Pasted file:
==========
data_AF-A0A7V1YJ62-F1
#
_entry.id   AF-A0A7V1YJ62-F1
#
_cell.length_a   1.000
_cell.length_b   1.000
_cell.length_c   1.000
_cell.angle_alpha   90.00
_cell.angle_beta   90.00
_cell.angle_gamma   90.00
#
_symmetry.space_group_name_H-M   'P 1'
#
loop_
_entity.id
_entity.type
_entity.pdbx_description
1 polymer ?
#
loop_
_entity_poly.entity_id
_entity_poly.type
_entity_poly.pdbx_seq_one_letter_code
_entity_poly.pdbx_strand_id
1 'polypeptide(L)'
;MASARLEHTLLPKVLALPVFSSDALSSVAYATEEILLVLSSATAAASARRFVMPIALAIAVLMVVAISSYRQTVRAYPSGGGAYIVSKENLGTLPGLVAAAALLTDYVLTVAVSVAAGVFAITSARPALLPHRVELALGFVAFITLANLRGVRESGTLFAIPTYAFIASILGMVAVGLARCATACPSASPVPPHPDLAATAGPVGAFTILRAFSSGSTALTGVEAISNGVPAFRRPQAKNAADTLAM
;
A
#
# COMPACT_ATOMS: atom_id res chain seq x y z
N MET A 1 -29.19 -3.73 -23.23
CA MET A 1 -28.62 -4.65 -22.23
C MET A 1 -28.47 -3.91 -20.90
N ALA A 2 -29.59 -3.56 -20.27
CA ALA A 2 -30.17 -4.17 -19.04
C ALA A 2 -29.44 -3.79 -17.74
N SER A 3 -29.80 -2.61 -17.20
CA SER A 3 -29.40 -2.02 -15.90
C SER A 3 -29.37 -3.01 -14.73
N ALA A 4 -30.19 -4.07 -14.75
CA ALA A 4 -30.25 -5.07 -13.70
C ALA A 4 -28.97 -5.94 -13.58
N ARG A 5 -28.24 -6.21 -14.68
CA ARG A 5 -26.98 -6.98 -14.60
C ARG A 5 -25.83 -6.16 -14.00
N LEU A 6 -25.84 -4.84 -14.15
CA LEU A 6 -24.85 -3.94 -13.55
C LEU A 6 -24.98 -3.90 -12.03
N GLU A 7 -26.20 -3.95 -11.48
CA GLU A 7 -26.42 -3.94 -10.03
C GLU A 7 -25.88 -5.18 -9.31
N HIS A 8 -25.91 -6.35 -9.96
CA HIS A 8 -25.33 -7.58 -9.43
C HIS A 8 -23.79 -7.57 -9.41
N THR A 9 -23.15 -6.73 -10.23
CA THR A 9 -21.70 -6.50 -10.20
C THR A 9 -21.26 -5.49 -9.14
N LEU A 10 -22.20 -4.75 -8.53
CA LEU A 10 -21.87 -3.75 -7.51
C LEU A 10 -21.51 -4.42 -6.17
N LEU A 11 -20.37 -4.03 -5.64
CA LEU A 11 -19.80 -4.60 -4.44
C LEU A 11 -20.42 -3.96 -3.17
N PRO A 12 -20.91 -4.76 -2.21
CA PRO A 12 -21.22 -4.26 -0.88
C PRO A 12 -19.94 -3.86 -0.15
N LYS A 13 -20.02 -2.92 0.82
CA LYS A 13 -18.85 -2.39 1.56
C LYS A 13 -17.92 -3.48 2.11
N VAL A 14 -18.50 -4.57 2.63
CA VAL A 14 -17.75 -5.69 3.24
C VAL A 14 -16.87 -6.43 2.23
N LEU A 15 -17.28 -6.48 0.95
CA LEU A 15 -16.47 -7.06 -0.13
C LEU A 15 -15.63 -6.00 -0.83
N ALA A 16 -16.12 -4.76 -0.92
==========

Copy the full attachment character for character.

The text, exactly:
data_AF-A0A7V1YJ62-F1
#
_entry.id   AF-A0A7V1YJ62-F1
#
_cell.length_a   1.000
_cell.length_b   1.000
_cell.length_c   1.000
_cell.angle_alpha   90.00
_cell.angle_beta   90.00
_cell.angle_gamma   90.00
#
_symmetry.space_group_name_H-M   'P 1'
#
loop_
_entity.id
_entity.type
_entity.pdbx_description
1 polymer ?
#
loop_
_entity_poly.entity_id
_entity_poly.type
_entity_poly.pdbx_seq_one_letter_code
_entity_poly.pdbx_strand_id
1 'polypeptide(L)'
;MASARLEHTLLPKVLALPVFSSDALSSVAYATEEILLVLSSATAAASARRFVMPIALAIAVLMVVAISSYRQTVRAYPSGGGAYIVSKENLGTLPGLVAAAALLTDYVLTVAVSVAAGVFAITSARPALLPHRVELALGFVAFITLANLRGVRESGTLFAIPTYAFIASILGMVAVGLARCATACPSASPVPPHPDLAATAGPVGAFTILRAFSSGSTALTGVEAISNGVPAFRRPQAKNAADTLAM
;
A
#
# COMPACT_ATOMS: atom_id res chain seq x y z
N MET A 1 -29.19 -3.73 -23.23
CA MET A 1 -28.62 -4.65 -22.23
C MET A 1 -28.47 -3.91 -20.90
N ALA A 2 -29.59 -3.56 -20.27
CA ALA A 2 -30.17 -4.17 -19.04
C ALA A 2 -29.44 -3.79 -17.74
N SER A 3 -29.80 -2.61 -17.20
CA SER A 3 -29.40 -2.02 -15.90
C SER A 3 -29.37 -3.01 -14.73
N ALA A 4 -30.19 -4.07 -14.75
CA ALA A 4 -30.25 -5.07 -13.70
C ALA A 4 -28.97 -5.94 -13.58
N ARG A 5 -28.24 -6.21 -14.68
CA ARG A 5 -26.98 -6.98 -14.60
C ARG A 5 -25.83 -6.16 -14.00
N LEU A 6 -25.84 -4.84 -14.15
CA LEU A 6 -24.85 -3.94 -13.55
C LEU A 6 -24.98 -3.90 -12.03
N GLU A 7 -26.20 -3.95 -11.48
CA GLU A 7 -26.42 -3.94 -10.03
C GLU A 7 -25.88 -5.18 -9.31
N HIS A 8 -25.91 -6.35 -9.96
CA HIS A 8 -25.33 -7.58 -9.43
C HIS A 8 -23.79 -7.57 -9.41
N THR A 9 -23.15 -6.73 -10.23
CA THR A 9 -21.70 -6.50 -10.20
C THR A 9 -21.26 -5.49 -9.14
N LEU A 10 -22.20 -4.75 -8.53
CA LEU A 10 -21.87 -3.75 -7.51
C LEU A 10 -21.51 -4.42 -6.17
N LEU A 11 -20.37 -4.03 -5.64
CA LEU A 11 -19.80 -4.60 -4.44
C LEU A 11 -20.42 -3.96 -3.17
N PRO A 12 -20.91 -4.76 -2.21
CA PRO A 12 -21.22 -4.26 -0.88
C PRO A 12 -19.94 -3.86 -0.15
N LYS A 13 -20.02 -2.92 0.82
CA LYS A 13 -18.85 -2.39 1.56
C LYS A 13 -17.92 -3.48 2.11
N VAL A 14 -18.50 -4.57 2.63
CA VAL A 14 -17.75 -5.69 3.24
C VAL A 14 -16.87 -6.43 2.23
N LEU A 15 -17.28 -6.48 0.95
CA LEU A 15 -16.47 -7.06 -0.13
C LEU A 15 -15.63 -6.00 -0.83
N ALA A 16 -16.12 -4.76 -0.92